Monday, June 21, 2010
New Scientist has an article on "warfare" between chimp troops:
A bloody 10-year dispute in the Ugandan jungle ended in mid-2009 with the victors seizing territory held by the vanquished. The episode represents the first solid evidence that chimpanzees kill their rivals to acquire land, and could help explain the evolutionary origins of some aspects of belligerent as well as cooperative behaviour in humans.
John Mitani, a primatologist at the University of Michigan in Ann Arbor, and his team have observed the Ngogo chimpanzee troop in Uganda's Kibale National Park for over a decade. Between 1999 and 2009, they witnessed 18 lethal attacks led by Ngogo males on another, smaller group of chimps. They also found indirect evidence of another three lethal attacks, making the Ngogo troop one of the most violent groups of chimpanzees so far studied.
With more than 150 individuals, the troop is two or three times as large as other well-studied groups. Superiority in numbers allows it to patrol its territory's hinterlands, where members are likely to encounter smaller, neighbouring troops. "Attacks are made when there's more of us than them," says Mitani.
In mid-2009, his team noticed that the Ngogo chimps had finally seized part of the home range of their rivals, so increasing the size of their territory by 6.4 square kilometres, or 22 per cent. Where only adult males on patrol had previously visited this area, now the team saw them "going in there with females and children and acting and shouting like they would if they were in the middle of their territory", Mitani says. The Ngogo chimps were probably drawn by food: black mulberry trees had begun fruiting in the area around the time of the takeover.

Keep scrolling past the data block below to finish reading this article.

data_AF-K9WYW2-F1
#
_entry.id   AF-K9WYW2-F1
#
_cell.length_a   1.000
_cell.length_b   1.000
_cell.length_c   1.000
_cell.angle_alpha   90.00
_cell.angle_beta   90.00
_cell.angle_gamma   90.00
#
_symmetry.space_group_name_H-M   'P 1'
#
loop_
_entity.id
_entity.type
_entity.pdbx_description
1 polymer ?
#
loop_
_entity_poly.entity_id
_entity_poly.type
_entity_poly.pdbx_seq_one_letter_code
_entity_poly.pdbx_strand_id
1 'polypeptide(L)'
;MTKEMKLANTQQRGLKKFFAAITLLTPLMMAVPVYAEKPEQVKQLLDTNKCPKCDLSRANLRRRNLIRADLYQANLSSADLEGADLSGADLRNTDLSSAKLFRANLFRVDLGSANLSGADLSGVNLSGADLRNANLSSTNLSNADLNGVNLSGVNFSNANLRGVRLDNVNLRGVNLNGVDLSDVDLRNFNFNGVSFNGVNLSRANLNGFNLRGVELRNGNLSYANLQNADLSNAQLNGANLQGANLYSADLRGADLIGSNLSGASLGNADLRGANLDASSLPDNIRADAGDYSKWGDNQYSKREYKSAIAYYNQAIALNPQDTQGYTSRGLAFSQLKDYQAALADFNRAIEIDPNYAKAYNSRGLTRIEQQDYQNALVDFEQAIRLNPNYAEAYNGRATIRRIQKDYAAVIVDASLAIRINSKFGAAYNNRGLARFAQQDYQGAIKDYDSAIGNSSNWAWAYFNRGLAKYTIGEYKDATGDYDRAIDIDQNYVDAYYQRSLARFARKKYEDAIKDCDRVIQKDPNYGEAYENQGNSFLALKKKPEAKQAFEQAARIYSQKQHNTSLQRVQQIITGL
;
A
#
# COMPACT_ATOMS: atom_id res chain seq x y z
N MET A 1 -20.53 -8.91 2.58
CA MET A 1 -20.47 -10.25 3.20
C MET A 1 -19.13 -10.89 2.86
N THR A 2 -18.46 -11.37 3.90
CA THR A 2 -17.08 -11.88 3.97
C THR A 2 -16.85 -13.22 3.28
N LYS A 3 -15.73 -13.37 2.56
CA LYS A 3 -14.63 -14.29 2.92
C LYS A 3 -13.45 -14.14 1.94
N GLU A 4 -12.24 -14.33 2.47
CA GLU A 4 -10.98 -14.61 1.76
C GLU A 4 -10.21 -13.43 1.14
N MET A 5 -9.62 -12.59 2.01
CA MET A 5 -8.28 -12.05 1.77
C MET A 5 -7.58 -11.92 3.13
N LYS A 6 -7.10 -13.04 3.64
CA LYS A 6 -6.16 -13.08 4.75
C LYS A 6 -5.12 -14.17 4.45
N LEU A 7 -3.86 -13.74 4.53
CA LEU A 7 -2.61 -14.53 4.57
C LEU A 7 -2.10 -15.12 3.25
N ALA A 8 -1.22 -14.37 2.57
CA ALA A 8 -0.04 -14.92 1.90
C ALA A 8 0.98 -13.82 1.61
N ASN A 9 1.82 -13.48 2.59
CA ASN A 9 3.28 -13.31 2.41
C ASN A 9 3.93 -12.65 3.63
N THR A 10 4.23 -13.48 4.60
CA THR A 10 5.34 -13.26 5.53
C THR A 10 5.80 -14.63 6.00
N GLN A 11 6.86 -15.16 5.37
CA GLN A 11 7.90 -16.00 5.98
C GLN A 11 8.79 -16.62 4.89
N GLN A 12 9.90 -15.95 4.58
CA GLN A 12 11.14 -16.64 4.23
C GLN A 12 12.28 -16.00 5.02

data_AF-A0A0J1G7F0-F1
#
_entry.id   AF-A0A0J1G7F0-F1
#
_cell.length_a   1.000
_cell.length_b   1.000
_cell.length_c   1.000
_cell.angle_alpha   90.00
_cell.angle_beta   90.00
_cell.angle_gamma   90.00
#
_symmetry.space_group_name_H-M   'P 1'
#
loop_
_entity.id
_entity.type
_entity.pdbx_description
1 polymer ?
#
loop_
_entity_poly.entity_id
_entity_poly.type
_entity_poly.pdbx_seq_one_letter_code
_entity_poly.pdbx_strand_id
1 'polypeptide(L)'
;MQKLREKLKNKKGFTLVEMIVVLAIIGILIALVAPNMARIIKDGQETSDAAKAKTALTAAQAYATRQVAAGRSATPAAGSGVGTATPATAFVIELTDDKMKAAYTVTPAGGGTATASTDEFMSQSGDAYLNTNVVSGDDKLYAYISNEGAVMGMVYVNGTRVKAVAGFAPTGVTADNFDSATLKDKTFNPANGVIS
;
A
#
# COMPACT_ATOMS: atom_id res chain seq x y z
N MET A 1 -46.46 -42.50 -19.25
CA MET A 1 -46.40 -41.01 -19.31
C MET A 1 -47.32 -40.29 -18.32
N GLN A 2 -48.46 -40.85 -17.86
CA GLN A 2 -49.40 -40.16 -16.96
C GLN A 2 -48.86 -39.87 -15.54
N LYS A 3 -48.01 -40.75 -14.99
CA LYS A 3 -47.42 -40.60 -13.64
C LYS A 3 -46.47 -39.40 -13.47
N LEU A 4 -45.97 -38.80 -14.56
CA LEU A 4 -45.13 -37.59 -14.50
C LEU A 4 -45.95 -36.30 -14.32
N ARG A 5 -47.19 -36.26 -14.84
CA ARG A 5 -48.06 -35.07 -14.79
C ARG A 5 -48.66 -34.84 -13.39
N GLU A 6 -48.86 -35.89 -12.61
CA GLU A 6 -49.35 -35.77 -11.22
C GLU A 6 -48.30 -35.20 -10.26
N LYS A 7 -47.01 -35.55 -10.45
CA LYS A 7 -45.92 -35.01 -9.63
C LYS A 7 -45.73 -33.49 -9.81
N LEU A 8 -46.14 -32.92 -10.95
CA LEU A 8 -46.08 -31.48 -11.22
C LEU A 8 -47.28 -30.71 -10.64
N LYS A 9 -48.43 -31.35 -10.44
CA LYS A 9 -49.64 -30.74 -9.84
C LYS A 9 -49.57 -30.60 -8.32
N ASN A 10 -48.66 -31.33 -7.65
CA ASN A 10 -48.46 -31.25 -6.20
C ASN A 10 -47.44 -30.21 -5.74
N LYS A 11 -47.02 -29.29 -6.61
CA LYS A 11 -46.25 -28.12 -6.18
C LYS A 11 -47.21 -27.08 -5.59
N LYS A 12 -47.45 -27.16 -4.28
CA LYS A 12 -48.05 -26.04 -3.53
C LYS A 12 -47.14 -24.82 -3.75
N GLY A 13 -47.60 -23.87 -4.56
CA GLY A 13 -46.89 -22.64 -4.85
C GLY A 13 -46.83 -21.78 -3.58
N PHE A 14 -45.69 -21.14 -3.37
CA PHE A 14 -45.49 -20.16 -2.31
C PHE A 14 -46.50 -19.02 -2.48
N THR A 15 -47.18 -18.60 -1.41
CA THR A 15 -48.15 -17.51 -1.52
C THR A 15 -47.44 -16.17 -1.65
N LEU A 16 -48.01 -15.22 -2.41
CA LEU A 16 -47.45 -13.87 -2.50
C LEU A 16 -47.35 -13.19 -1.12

The territorial gain is likely to bring about other advantages. Chimps belonging to troops with large home ranges tend to weigh more than those with less land and their females tend to have more offspring. What's more, territorial gains could draw in females from neighbouring troops, offering more mating opportunities to the males.
Mitani warns about making too much of this:
Humans go to war for a variety of reasons ranging from disputes over resources to religion, and such conflicts can often be settled by negotiation. "We might be comparing apples and oranges," he says.
In fact, rather than explaining the evolutionary origins of war, chimpanzee disputes could help explain the evolution of human cooperation. Samuel Bowles at the Santa Fe Institute in New Mexico has used evolutionary models and archaeological evidence to argue that altruism emerged in humans as a result of violent conflicts between groups of people who were willing to die for their comrades and more selfish, individualistic populations – with the altruistic warriors winning out.
Exactly! Our base reasons are probably about the same. We're just able to affix highfalutin rationalizations to them.
BTW, congratulations. You know you've made it when DM starts pestering you.
As Lincoln said, "If it weren't for the honor of the thing ..."
Now, if 'the Chaplain' is non-human, well then, there goes our uniqueness. Otherwise there's more than a bit of irony in his expressed disdain for the proponents of human uniqueness.
Ah, but think of all the things that are involved in "war," as opposed to mere chance-initiated aggression. It takes certain planning (such as patroling borders) and judgment (recognizing you outnumber your opponents) and thought for the future (making a good but periodic food source part of your territory and defending it).
Those are all things that humans brag on.